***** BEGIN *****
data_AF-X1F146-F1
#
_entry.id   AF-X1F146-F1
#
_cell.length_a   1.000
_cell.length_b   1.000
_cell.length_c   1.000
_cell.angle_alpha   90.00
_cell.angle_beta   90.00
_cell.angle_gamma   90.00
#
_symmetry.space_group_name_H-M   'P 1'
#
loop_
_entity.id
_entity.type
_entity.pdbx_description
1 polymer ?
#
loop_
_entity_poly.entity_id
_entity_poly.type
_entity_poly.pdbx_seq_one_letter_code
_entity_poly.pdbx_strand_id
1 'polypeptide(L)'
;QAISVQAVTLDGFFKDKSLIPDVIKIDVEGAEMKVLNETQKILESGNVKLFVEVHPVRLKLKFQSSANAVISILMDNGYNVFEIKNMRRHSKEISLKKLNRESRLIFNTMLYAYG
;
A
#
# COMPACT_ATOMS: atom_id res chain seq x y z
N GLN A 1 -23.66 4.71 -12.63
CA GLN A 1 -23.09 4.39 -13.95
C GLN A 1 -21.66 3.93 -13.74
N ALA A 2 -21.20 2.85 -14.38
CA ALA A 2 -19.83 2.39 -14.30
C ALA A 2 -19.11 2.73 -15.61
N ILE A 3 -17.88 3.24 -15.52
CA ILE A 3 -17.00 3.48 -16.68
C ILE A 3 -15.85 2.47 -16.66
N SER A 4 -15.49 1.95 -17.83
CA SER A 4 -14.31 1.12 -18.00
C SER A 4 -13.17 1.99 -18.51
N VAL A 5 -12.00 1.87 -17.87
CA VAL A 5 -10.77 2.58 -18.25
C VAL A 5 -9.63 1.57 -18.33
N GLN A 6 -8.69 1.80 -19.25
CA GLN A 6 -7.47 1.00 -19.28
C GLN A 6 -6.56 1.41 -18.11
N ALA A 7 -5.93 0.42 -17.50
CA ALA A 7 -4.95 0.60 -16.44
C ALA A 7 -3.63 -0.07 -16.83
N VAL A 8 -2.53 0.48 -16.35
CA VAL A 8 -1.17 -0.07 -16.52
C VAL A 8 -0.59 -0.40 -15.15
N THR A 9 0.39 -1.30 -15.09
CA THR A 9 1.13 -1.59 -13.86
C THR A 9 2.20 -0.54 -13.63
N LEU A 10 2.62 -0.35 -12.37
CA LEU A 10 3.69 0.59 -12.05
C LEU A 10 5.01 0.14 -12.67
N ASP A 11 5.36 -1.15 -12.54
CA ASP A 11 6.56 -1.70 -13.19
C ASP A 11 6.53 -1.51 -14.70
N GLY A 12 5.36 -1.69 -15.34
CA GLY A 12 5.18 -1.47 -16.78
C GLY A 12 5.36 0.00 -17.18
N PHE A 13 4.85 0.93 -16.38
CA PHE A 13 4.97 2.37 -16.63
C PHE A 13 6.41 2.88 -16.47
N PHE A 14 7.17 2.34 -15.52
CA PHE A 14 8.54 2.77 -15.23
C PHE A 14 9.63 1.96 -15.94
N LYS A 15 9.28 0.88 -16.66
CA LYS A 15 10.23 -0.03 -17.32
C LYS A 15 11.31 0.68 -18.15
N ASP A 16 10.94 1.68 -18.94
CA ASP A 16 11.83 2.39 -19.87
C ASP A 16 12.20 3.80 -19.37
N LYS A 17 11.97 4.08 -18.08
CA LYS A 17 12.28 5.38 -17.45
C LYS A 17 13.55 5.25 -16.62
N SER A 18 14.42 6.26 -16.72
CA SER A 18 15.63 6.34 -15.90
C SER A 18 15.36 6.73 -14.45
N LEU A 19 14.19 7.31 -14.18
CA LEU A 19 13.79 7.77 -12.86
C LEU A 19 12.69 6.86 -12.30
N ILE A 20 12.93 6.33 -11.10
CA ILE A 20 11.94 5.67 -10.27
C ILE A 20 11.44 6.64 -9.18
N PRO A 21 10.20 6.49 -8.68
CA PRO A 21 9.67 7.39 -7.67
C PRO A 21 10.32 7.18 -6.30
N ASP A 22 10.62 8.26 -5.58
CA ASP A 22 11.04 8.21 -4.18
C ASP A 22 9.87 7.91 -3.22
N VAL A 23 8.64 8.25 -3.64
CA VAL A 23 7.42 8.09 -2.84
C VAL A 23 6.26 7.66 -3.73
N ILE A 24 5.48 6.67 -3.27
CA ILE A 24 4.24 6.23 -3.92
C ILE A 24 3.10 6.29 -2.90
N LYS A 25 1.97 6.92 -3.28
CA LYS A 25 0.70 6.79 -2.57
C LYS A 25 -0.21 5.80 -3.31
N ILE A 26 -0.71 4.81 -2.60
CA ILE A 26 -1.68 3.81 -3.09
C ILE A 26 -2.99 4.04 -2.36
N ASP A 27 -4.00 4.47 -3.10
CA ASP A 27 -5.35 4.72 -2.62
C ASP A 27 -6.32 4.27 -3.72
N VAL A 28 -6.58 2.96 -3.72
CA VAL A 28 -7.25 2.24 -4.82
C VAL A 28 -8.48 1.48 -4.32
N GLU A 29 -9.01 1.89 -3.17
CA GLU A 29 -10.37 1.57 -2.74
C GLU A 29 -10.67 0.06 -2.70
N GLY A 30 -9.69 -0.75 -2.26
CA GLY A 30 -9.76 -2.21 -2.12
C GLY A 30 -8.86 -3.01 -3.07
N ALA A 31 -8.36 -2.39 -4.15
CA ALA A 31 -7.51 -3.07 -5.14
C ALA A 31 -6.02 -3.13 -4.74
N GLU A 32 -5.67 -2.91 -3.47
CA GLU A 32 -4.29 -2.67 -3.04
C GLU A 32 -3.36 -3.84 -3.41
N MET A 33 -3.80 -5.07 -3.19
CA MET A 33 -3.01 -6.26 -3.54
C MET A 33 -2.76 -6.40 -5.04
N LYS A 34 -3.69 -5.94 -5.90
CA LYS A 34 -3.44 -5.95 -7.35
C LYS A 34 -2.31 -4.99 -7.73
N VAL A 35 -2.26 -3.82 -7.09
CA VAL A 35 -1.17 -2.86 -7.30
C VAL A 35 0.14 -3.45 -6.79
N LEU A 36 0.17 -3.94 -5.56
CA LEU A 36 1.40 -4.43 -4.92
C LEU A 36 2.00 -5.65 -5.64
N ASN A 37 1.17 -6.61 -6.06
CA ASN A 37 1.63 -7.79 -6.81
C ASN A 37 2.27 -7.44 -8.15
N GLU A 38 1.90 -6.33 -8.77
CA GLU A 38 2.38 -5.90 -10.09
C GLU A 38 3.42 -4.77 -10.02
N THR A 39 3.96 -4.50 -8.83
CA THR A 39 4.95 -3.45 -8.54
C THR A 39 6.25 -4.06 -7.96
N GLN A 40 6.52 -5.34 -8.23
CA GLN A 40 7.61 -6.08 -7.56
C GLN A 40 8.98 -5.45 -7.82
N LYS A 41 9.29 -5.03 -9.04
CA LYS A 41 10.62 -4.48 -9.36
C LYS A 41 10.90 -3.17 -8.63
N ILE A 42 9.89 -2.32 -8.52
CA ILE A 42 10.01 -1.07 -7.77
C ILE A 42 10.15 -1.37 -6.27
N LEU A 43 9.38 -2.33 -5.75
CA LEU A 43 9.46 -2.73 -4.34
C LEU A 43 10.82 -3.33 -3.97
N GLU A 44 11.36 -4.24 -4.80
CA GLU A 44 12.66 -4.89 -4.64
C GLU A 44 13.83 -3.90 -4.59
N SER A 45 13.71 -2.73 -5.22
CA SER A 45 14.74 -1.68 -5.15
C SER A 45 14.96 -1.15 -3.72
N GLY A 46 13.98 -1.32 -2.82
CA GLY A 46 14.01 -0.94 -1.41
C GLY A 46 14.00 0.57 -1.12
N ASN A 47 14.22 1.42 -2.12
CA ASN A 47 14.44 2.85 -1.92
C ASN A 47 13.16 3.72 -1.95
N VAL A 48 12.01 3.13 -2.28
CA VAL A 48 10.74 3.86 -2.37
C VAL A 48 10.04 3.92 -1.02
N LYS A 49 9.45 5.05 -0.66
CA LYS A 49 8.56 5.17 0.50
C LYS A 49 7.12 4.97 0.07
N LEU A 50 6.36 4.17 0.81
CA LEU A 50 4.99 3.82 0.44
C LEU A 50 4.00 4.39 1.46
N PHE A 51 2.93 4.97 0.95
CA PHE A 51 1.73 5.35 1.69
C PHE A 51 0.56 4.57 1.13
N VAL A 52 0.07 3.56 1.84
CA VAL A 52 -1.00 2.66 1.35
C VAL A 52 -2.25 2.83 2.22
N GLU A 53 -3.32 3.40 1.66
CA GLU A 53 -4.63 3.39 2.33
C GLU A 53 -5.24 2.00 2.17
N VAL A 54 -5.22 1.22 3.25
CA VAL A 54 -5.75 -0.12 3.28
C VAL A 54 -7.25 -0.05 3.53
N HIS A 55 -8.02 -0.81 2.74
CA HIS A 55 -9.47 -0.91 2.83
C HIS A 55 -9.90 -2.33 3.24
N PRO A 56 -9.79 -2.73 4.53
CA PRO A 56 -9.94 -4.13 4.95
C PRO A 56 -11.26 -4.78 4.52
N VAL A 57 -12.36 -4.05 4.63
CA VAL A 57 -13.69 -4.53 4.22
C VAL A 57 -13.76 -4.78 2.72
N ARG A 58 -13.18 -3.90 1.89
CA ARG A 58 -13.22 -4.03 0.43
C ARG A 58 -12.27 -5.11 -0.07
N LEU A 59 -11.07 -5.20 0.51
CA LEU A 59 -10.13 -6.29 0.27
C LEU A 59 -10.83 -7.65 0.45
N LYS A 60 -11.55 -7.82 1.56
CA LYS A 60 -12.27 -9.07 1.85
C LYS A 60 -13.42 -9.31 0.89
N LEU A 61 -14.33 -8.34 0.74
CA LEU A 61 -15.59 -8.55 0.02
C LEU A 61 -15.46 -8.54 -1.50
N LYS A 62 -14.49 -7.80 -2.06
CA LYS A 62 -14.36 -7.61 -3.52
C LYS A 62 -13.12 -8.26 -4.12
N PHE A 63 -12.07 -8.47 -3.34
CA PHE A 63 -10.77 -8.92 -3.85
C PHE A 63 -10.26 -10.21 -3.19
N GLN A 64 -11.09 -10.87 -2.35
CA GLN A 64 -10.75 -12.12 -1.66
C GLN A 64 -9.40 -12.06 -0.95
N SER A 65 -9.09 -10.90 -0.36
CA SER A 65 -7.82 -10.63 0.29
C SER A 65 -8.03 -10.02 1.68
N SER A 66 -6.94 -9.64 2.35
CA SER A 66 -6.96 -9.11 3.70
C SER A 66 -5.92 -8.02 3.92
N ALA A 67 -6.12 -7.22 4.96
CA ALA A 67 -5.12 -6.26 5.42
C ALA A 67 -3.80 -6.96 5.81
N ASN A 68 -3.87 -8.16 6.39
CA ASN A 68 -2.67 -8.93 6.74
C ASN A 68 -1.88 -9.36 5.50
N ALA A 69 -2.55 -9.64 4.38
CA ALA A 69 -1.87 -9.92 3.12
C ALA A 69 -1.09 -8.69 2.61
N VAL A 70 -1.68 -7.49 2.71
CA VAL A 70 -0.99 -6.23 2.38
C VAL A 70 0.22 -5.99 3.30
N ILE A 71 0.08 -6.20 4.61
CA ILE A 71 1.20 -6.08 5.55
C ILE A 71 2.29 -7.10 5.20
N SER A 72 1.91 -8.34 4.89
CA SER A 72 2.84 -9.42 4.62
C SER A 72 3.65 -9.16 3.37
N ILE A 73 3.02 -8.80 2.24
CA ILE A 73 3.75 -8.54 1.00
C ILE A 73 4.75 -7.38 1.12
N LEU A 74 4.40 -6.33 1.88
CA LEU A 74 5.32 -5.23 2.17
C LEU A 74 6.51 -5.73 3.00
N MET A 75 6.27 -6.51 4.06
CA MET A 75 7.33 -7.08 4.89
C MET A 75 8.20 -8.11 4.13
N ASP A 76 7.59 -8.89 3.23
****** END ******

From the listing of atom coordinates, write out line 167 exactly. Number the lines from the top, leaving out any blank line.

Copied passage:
CA GLY A 46 14.01 -0.94 -1.41